Are Medal Awards Consistent?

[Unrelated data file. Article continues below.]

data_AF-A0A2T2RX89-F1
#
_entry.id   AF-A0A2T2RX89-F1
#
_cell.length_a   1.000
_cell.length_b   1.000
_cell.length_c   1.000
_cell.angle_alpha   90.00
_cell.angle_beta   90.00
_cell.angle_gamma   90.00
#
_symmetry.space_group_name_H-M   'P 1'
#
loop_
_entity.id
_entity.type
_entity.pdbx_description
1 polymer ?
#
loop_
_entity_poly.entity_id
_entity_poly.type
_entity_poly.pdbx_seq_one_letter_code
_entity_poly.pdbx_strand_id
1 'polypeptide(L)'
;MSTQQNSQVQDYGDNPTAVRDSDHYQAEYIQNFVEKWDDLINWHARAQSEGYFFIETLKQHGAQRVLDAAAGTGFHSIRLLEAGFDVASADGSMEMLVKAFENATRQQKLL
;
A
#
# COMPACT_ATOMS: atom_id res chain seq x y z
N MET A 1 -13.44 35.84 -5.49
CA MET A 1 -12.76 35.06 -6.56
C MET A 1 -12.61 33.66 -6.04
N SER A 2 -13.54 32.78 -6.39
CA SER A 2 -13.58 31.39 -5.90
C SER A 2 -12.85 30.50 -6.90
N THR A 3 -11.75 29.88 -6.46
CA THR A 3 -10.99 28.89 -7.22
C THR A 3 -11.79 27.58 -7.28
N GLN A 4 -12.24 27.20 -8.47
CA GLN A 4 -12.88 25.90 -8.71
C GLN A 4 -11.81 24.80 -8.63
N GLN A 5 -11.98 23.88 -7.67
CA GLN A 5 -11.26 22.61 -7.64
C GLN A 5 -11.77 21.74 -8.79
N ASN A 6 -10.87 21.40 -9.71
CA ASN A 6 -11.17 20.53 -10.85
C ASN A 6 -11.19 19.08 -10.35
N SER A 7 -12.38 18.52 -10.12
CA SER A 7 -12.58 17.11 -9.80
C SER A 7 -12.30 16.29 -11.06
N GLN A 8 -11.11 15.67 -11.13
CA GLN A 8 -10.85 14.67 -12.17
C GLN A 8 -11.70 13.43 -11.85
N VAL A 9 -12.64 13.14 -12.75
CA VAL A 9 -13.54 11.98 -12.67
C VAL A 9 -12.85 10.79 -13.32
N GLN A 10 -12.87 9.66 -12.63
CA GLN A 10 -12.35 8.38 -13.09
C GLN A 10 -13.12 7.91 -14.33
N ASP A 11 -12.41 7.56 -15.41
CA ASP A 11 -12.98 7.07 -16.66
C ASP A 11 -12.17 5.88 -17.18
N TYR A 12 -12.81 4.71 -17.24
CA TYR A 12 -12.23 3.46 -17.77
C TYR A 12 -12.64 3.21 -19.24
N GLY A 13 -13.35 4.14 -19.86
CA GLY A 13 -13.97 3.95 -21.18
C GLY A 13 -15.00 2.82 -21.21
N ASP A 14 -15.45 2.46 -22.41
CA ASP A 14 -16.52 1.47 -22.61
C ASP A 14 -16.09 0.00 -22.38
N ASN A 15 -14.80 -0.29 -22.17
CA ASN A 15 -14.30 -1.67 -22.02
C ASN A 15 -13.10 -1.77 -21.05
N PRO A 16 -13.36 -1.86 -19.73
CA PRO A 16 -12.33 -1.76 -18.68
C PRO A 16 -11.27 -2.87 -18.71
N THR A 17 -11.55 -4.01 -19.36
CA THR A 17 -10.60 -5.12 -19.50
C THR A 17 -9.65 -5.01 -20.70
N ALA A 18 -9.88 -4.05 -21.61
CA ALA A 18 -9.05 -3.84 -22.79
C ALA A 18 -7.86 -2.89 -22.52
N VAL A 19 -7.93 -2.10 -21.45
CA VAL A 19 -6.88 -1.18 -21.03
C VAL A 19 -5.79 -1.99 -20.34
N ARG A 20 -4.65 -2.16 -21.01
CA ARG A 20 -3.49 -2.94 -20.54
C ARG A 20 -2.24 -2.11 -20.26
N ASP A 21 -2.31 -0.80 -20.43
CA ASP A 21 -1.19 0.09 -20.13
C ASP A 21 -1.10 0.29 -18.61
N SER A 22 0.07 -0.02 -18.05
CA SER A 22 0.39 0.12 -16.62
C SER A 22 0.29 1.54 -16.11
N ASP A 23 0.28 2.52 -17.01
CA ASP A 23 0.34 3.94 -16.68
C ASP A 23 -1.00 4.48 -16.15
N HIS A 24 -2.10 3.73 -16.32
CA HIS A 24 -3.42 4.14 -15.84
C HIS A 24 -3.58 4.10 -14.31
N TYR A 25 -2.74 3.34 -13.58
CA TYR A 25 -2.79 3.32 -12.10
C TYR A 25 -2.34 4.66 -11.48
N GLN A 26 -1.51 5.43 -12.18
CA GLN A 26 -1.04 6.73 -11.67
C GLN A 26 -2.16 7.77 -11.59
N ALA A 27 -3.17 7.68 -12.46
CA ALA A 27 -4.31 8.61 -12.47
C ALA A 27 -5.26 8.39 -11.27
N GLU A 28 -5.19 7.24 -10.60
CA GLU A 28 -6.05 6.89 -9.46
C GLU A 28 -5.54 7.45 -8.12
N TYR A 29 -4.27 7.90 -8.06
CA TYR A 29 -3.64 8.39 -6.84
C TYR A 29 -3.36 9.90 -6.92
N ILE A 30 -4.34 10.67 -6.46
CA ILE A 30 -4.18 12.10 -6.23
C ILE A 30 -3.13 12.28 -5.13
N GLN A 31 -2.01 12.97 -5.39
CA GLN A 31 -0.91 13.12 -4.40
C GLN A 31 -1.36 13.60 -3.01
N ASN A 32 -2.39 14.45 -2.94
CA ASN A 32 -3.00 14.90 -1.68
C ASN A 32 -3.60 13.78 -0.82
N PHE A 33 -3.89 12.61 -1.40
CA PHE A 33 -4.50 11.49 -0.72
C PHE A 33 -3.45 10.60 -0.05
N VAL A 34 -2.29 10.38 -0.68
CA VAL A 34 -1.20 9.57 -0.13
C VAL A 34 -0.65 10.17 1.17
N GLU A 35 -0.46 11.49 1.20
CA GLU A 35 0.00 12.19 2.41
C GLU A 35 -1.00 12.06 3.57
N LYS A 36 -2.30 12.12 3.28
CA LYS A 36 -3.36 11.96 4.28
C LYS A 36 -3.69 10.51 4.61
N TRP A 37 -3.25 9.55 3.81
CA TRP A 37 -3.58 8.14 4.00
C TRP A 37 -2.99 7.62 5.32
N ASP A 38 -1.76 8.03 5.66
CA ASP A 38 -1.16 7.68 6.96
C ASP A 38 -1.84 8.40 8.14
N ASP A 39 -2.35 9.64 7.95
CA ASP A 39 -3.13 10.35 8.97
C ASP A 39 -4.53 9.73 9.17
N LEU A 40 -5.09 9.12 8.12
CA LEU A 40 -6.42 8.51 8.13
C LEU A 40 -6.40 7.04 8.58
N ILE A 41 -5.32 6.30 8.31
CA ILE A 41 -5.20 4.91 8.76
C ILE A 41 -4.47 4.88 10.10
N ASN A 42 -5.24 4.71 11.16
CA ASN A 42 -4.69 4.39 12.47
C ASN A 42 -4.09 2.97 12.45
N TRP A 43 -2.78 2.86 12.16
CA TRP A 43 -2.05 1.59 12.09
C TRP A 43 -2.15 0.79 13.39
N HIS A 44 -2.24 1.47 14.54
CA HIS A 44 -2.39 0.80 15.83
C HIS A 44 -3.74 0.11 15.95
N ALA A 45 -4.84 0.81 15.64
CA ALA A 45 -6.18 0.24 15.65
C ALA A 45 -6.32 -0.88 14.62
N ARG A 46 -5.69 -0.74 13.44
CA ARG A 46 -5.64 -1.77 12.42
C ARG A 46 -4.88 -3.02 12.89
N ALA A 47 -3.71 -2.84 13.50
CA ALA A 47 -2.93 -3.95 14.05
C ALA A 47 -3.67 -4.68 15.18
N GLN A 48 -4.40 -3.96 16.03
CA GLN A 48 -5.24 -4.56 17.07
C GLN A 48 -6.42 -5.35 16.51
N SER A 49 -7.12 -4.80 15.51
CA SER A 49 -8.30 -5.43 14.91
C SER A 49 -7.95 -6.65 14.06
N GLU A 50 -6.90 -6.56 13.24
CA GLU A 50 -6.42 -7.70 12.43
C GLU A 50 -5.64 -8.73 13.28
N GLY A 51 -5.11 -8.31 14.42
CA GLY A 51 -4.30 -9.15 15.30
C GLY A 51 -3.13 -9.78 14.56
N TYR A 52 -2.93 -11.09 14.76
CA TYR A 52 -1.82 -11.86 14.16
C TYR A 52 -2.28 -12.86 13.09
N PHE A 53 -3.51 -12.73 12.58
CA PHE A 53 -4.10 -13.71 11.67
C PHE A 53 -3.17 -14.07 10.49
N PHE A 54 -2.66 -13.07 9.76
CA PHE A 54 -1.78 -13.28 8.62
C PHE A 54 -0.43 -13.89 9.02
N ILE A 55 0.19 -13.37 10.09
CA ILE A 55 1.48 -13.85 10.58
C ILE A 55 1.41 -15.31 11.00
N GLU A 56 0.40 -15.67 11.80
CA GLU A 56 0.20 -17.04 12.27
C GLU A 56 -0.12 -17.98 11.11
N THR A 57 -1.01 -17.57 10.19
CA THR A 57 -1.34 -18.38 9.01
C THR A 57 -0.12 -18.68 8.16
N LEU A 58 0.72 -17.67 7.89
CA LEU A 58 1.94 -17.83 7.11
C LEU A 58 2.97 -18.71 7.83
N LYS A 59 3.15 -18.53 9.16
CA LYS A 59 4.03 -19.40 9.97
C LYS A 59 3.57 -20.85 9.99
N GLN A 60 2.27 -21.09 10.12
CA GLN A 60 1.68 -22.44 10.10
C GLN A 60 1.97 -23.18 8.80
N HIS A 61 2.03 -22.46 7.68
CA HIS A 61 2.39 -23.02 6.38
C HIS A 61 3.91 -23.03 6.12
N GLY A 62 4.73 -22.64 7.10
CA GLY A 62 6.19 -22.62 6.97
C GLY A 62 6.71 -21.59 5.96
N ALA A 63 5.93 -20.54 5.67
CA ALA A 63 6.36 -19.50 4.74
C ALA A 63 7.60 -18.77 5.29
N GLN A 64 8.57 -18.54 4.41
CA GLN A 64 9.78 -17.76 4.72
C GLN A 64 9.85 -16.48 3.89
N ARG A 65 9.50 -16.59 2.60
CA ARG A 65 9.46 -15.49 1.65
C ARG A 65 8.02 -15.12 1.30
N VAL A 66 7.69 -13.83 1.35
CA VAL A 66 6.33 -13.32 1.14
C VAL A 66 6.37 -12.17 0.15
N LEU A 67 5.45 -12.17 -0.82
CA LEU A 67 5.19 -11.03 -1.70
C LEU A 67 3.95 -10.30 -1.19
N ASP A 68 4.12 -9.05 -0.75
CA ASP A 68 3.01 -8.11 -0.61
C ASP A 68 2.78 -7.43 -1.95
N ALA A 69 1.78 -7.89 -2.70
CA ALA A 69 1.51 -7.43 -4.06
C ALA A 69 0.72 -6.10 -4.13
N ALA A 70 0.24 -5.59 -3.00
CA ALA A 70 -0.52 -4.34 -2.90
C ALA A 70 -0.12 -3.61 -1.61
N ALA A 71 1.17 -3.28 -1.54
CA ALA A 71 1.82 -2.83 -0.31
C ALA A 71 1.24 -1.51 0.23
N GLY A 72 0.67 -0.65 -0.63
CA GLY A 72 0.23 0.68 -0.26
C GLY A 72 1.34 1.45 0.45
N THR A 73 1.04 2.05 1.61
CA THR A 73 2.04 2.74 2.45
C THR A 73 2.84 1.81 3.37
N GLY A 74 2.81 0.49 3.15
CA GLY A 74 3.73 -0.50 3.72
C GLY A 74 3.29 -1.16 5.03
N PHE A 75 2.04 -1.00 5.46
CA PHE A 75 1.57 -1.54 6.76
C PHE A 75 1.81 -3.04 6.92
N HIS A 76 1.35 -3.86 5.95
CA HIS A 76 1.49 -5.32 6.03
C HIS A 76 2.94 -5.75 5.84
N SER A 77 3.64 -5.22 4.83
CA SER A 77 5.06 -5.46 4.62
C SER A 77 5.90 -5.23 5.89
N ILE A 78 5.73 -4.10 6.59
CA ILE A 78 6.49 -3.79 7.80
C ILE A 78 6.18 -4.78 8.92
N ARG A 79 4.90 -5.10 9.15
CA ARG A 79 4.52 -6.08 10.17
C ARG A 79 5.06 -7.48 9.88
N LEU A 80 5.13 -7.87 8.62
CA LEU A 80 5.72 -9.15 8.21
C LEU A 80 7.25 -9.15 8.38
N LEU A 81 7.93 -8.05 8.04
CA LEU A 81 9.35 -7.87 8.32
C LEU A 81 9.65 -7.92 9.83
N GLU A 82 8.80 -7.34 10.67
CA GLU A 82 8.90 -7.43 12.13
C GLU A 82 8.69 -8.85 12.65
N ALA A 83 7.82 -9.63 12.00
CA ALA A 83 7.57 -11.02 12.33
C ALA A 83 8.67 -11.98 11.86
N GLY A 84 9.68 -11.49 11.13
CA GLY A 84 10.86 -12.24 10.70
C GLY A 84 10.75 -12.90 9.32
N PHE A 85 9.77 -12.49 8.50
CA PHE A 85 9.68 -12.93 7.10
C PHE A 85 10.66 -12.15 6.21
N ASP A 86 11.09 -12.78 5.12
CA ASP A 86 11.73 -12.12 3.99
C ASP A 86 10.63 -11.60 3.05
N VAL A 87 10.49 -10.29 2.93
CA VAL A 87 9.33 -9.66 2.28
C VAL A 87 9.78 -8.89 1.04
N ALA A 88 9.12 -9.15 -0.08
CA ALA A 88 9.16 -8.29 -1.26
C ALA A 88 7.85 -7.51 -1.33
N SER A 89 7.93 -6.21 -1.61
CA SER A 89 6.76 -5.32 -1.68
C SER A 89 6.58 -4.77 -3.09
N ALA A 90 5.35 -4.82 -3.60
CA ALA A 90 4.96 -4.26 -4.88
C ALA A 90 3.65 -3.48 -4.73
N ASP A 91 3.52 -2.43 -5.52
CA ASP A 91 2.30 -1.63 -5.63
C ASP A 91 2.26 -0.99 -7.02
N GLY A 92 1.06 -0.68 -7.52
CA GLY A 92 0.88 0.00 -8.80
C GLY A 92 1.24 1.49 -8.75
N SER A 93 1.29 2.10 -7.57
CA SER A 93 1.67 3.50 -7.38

That was a key question Wednesday at a House Armed Services subcommittee meeting, in which DOD and service officials explained—and defended—the medal awards process. Personnel Subcommittee chairman John McHugh (R-N.Y.) was most concerned about the dearth of Medal of Honor awards, saying that he “is concerned that the military services recently may have introduced more stringent criteria into the Medal of Honor awards process than has existed in the past.” McHugh also expressed concern that awards may not be presented in a “timely and efficient manner” or are “consistently applying the criteria” for various awards. McHugh said: “I would just note, statistically, for the record, when we talk about the Bronze Star in OIF and OEF, in Iraq and Afghanistan, the Army’s issued over 52,000 Bronze Stars, while the Marine Corps has issued 1,466, the Navy 1,080, and the Air Force 3,849.” He acknowledged that “numbers can be deceptive,” but he added, certainly on their face, they would suggest that there’s a question of consistency across the services. USAF personnel chief, Lt. Gen. Roger Brady, noted that historically the airmen primarily at risk have been aircrews, but that is not the case in the war on terror, where the Air Force has more than 5,000 airmen on the ground standing in for soldiers.